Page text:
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Reading this morning’s gun news, it seemed pretty clear that the Bureau of Alcohol, Tobacco, Firearms and Explosive (and Really Big Fires) is, once again, still, even more so, in deep you-know-what. “Three gun-smuggling suspects are set to appear in a Dallas federal court after one of the weapons was tied to last month’s fatal shooting of a U.S. agent in Mexico,” reports. “The probable cause hearing was set for Tuesday, a day after three men were arrested in their Dallas-area homes. The gun that was used by a smuggler to kill ICE Agent Jaime Zapata last month in Mexico has been traced to a Texas gun shop, where it was purchased by suspected gun traffickers who had reportedly been under ATF surveillance for over a year.” An email blast from provides more details . . .

According to an affidavit in the arrest of alleged straw purchasers, Otilio and Ranferi Osorio, and Kelvin Morrison, they had previously sold 40 guns to a federal agent, but had not been arrested.

Dallas ATF spokesman Tom Crowley would not release details about when the gun was purchased, or whether the suspected straw buyers were under active ATF surveillance at the time the murder gun was purchased. He referred questions on details to the U.S. Justice Department in Washington.

So far, DOJ has not been forthcoming.  We received word from Sen. Chuck Grassley’s office today that AG Holder failed to respond to the Senator’s questions about the AZ scandal by the Feb. 23 deadline Grassley had set.

Today, The Firearms Coalition asked Sen. Grassley to call for hearings into both the AZ and Texas investigations, requiring ATF Executives to testify under oath.  We received assurance today that the Senator remains resolute, and that staffers are burning the midnight oil on this investigation.

You may recall that this is the second time a gun linked to the ATF’s “look the other way” policy stateside has been implicated as a murder weapon in the death of a U.S. federal agent. The Gunwalker scandal hit the MSM when the press learned that another such gun was used in the death of Border Patrol Agent Brian Terry.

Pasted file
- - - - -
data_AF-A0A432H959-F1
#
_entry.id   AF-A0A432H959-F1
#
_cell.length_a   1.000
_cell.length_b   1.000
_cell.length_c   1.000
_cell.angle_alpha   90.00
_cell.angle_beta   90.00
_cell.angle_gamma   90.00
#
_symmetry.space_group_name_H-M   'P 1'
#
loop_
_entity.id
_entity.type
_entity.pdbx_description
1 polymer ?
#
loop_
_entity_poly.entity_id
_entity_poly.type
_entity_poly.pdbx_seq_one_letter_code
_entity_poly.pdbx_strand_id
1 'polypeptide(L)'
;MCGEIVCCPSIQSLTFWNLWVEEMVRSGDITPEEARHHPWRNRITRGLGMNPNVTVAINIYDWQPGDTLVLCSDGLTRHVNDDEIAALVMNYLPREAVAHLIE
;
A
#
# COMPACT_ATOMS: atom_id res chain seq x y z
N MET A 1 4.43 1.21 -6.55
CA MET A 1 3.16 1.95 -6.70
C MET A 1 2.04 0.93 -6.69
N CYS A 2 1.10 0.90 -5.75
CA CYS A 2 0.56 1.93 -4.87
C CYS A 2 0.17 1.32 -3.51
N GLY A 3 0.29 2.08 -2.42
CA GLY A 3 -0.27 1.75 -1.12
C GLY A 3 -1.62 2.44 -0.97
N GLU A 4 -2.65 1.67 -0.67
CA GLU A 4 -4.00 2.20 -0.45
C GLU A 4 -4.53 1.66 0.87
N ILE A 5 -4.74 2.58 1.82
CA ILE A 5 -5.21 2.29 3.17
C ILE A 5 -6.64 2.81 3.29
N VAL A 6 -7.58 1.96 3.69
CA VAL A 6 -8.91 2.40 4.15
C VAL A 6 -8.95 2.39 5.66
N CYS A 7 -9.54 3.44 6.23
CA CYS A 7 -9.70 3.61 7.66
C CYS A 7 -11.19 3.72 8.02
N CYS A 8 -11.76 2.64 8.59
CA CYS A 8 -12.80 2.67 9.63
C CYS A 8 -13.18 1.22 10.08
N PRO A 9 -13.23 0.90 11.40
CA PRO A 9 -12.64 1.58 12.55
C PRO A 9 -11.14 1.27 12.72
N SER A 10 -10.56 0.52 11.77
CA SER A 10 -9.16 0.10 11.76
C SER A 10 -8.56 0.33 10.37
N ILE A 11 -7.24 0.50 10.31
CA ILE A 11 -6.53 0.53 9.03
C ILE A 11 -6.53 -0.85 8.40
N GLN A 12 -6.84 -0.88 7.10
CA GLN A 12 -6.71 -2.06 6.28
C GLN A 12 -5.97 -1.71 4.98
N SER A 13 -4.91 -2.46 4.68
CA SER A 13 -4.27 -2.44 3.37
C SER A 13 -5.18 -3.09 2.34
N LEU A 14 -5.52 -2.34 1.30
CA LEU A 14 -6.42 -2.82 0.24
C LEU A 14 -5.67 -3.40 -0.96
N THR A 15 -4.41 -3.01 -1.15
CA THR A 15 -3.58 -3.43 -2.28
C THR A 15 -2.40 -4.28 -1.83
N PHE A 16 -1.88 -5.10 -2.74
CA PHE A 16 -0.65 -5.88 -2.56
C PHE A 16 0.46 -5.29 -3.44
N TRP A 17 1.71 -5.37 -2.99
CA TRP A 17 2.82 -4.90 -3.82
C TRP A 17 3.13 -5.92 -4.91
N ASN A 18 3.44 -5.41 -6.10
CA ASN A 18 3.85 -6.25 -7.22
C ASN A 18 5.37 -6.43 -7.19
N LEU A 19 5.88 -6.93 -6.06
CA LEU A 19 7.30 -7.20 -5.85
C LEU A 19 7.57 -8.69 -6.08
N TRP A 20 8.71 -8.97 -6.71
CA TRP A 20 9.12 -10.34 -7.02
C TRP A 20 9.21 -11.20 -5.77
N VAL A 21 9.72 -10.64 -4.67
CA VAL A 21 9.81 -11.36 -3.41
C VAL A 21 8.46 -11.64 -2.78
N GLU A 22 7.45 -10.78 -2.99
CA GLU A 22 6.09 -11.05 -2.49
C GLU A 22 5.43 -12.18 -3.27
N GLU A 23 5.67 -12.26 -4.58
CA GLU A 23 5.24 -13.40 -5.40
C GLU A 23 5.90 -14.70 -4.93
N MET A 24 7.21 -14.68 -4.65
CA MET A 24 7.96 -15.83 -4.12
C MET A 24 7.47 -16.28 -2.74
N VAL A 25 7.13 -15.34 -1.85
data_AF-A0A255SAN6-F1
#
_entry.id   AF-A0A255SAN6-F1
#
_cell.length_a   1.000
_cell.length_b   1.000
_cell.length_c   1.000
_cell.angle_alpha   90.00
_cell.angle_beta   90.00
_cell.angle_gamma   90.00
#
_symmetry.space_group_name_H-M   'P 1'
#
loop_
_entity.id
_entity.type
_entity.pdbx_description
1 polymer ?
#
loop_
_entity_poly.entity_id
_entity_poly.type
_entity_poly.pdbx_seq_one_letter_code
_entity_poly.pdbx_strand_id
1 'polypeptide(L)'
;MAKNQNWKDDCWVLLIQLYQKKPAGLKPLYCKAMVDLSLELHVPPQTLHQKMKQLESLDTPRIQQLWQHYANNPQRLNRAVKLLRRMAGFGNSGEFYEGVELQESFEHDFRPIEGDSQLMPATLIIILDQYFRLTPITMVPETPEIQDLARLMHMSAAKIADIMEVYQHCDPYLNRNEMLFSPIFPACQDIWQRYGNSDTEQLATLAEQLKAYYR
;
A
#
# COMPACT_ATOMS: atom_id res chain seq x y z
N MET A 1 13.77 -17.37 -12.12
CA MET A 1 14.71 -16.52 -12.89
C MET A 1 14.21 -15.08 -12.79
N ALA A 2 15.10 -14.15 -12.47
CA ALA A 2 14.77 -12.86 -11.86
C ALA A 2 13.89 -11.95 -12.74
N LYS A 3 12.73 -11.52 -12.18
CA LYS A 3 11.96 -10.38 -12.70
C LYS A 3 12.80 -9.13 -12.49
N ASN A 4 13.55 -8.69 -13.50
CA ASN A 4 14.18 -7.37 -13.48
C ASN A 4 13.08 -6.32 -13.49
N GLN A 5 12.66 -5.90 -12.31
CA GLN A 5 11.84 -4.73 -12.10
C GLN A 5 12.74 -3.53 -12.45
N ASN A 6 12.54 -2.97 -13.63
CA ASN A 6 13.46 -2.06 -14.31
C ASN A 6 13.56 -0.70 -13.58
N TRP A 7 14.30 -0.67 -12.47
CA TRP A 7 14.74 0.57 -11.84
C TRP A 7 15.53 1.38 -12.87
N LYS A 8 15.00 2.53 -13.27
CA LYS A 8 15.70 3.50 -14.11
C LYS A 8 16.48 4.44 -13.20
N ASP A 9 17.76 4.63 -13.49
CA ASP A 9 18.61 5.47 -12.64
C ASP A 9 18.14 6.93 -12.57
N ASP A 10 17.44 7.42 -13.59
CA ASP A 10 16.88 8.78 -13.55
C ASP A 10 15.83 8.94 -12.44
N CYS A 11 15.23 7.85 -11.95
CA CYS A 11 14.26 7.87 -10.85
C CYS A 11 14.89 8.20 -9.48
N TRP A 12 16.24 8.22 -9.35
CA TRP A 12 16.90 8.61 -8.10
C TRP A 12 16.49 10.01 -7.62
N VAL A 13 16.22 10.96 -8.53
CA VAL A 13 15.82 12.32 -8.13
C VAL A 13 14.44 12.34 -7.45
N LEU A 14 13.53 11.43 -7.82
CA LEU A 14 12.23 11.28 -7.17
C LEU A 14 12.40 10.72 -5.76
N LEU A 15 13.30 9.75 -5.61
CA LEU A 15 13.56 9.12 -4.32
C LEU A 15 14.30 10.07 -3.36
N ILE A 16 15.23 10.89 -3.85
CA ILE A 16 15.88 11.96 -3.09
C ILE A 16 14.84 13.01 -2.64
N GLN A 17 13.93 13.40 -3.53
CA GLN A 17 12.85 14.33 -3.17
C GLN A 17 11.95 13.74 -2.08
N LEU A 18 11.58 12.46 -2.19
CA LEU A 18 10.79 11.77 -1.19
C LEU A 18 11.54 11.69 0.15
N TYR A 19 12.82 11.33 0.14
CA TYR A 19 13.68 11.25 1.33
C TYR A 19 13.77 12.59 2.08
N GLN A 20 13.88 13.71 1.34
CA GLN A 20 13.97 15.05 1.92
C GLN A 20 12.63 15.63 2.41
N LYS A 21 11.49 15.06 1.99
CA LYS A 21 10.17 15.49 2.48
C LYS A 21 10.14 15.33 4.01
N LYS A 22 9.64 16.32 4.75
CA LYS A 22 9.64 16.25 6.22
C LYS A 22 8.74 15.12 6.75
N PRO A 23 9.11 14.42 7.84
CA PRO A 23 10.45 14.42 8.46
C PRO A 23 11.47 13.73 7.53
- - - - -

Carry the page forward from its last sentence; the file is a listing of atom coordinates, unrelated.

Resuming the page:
As I’ve said many times, however many guns that have flowed down the so-called Iron River from American gun stores to Mexican drug cartels, the number pales next to the number of weapons the Spanish-speaking bad guys source from within the country (corrupt police, military defectors, foreign purchases, etc.).

Since not one but two U.S. law enforcement officials were shot by U.S. smuggled guns, that can only mean one thing: the ATF allowed thousands of weapons to go walkies. This in an effort to justify Project Gunrunner, the ATF program designed to stop U.S. – Mexico gun running.

The ATF is attempting to keep a lid on the Gunwalker scandal. Can’t be done. Not only is Grassley breathing down their neck, and Agent Brian Terry’s family looking at launching a lawsuit (new info), but the gunrunners themselves will sing like los canarios.

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  1. The MSM is doing a great job of burying this story though. As soon as I saw it was traced to the US (which one would think the BATFE&RBFs would trumpet as evidence of the mythical Iron River) the story disappeared. I knew it was one of theirs. Of course, of the 3.5k or so guns traced to actual sales at actual US shops, the BATFE&RBFs facilitated 3k of them, so the odds were good.

  2. The BATFE&Strippers has a long record of causing the death of Americans on American soil. It now seems like it’s taking it’s act on the road.

  3. “You may recall that this is the second time a gun linked to the ATF’s “look the other way”
    That liberal bitch Shepherd Smith forgot to mention that when he was talking about it a few minutes ago. It’s always been my contention “Shep” is an anti-gun liberal.

  4. Wait, I’m still confused about this whole thing–help me out: So guns DON’T actually get straw-purchased in the U.S. for the use of the drug cartels. Rather, some pseudo-straw-purchasers, egged on by the ATF, have been able to get at least two guns into the cartel’s hands, which were then used to murder two U.S. Agents? Do I have that right?

    • The exact details of this scandal are yet to be revealed. I think the process varied.

      In some cases, the ATF was alerted by gun store owners about multiple assault rifle sales—-and told the store to let the sales go through. The relationship with the smuggler in those cases was unclear. In other cases, the ATF had a smuggler in their sights before, during and after the purchase, didn’t intervene and didn’t keep track of the guns. In other cases, ATF agents recruited smugglers. The role of ATF “informants” is unknown, but the agency’s M.O. is entrapment. Big style.

      In short, the agency that wants to establish a long gun registry to keep track of sales near the border wasn’t keeping track of smuggled guns that they’d enabled. Go figure.

  5. Ok, it’s only two data points, but what are the odds?

    In the only two recent killings of US Border Patrol, both were shot with Gun Walker firearms.

    Unless, the vast majority of cartel and smuggler guns were (indirectly) sources BY THE BATFE, then this is highly unlikely.


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